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IMHO they are a glorified cotton bore mop. They do work, but no better than a cotton bore mop, and for me, they (both bore snakes, and cotton bore mops) should be used as part of the cleaning process after a brass bore brush has done it's thing.
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Old March 21, 2013, 12:41 PM   #13
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Cleaning products...

I'd suggest a Bore-Snake Viper or the new Remington SQU-EEGE product. That has a www.youtube.com clip you can review.
Both speed up the barrel cleaning.
CLP like LPX, Gunzilla, Slip2000, Weaponshield, etc are okay for standard cleaning. A bore cleaner or product like Butch's or Hoppes # 9 or 7.62 is great but you can find a lot of gun care products to fill the need(s).

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www.gunzilla.us www.brownells.com www.midwayusa.com www.mpro7.com www.remington.com
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Old March 21, 2013, 01:16 PM   #14
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I use bronze wire brushes...all the time on my barrels..../ after every range trip ( usually 200 rds or so ) ....to get the jacketed plating out of the grooves in the barrel...

Use whatever solvent you like --- let it sit for a few minutes / brush the barrel 4 or 5 times / run a couple of patches thru it / then put some break free in the barrel - let it sit for a couple of minutes / run another patch or two thru the barrel and you're done.

If I get some real stubborn patches ...I use a little bit of Barnes CR-10 to soak it, brush it out ...and repeat with Break Free.

( I have a lot of 1911's and S&W revolvers with well over 50,000 rds thru them ...cared for like that ...and the bores look great ! ).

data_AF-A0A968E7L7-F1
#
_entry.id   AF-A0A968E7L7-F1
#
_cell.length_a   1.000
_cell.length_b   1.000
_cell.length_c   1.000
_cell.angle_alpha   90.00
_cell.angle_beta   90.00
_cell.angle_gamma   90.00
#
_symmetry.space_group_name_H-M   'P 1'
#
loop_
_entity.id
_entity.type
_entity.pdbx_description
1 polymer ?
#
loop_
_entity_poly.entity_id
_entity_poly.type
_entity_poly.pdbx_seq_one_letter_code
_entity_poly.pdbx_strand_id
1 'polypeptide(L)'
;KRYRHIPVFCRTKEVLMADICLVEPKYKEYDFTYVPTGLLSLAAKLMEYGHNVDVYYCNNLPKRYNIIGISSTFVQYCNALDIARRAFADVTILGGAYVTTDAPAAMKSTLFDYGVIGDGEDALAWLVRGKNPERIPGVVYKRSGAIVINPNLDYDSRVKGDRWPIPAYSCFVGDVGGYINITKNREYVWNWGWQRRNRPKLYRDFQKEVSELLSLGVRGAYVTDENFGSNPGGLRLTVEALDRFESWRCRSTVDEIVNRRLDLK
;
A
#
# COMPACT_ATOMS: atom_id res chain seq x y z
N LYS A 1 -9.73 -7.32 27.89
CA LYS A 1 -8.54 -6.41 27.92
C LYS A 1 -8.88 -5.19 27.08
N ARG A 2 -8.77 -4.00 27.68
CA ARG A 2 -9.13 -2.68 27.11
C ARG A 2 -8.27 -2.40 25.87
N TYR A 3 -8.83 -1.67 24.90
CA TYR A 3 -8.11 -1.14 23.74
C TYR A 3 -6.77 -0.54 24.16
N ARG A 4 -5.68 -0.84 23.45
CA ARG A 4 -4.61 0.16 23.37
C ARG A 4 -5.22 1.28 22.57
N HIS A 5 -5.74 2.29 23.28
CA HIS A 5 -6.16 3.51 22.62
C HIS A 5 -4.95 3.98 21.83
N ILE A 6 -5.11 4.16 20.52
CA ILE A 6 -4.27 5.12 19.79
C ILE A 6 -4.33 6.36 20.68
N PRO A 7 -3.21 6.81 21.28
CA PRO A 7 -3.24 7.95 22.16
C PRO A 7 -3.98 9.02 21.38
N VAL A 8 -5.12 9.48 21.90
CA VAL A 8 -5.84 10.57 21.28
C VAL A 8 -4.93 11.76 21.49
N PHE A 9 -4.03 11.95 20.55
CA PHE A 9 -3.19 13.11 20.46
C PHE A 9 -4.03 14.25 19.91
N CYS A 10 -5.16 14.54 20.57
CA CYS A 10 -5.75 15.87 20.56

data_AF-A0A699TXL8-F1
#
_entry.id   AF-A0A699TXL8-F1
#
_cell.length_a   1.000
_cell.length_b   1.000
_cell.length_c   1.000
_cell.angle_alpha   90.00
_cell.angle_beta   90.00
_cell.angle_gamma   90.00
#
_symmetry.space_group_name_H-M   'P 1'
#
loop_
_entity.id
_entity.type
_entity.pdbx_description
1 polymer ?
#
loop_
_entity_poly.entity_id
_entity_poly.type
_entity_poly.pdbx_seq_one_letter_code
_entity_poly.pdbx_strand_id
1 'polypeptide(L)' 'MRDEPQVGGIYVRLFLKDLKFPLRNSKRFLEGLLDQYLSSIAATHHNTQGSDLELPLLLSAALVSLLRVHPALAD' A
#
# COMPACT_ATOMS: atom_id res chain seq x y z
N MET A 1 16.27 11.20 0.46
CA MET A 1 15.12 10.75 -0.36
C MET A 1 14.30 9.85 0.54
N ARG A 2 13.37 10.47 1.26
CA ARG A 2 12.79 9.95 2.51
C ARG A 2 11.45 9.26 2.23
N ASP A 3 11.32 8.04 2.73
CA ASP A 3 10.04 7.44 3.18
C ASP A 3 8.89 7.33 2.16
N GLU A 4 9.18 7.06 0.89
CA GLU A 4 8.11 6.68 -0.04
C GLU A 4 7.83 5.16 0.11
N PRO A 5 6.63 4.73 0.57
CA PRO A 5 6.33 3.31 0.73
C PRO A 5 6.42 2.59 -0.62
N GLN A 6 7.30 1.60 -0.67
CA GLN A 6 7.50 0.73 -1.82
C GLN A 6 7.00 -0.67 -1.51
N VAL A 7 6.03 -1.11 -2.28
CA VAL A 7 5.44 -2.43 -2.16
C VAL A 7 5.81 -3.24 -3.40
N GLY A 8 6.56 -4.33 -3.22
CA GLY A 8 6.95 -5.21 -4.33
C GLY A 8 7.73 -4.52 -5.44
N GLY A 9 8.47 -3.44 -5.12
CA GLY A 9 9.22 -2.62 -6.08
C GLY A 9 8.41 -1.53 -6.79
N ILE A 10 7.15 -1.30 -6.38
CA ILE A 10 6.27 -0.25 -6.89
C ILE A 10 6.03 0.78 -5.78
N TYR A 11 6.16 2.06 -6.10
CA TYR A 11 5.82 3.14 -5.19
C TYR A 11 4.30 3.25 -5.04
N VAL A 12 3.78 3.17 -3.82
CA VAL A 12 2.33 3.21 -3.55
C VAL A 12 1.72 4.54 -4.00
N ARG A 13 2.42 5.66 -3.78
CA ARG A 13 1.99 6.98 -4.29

------------
I like bore snakes if I'm in a hurry ...or on guns like .22's ....or .410 shotgun .../ I think they do a good job ( but its just a bore brush / and a barrel mop in one tool )...and you have to clean them in dishwashing soap and let them dry once in a while when they get nasty ...( soak them for half hour or so is soapy water - I use liquid dish soap - scrub the brush area with an old toothbrush / rinse them good ...squeeze the excess water out of them ...and hang them up in the garage or someplace out of the way, to dry for 2 or 3 days )...

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Old March 24, 2013, 01:59 PM   #15
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Old March 24, 2013, 02:17 PM   #16
Walt Sherrill
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Quote:
I use bronze wire brushes...all the time on my barrels..../ after every range trip ( usually 200 rds or so ) ....to get the jacketed plating out of the grooves in the barrel...
While bronze brushes are softer than the barrel metal, a lot of use of wire brushes WILL begin to wear the barrel -- just like you can use sticks to rub a groove in concrete or marble or granite. It takes a while, but it WILL happen.
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Old March 24, 2013, 11:07 PM   #17
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^ Shooting bullets through your barrel will wear it down quicker than a bronze brush will sir.
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Old March 25, 2013, 07:08 AM   #18
Walt Sherrill
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^ Shooting bullets through your barrel will wear it down quicker than a bronze brush will sir.
Kind of depends on what you're shooting, how much you shoot, and how much you scrub, doesn't it?

Lead is pretty soft, so is copper. Bronze is mostly copper and a little tin and much harder than copper alone. If you're shooting copper-clad lead rounds, I think that makes the round shot a bit HARDER than lead alone, but softer than the bronze brush. Some folks may be shooting steel -- ala the cheap imported ammo -- and that's arguably much harder than a bronze brush.

Using bronze brushes CAN accelerate wear -- but if done judiciously, it probably won't matter much; done heavily and regularly, it could make a difference.

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Old March 25, 2013, 12:24 PM   #19
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I discussed this with Wilson Combat recently ...

and they assure me there is no potential damage or premature wearing of the barrel ...from brushing the bore with typical bronze brushes.
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Old March 25, 2013, 01:18 PM   #20
Metal god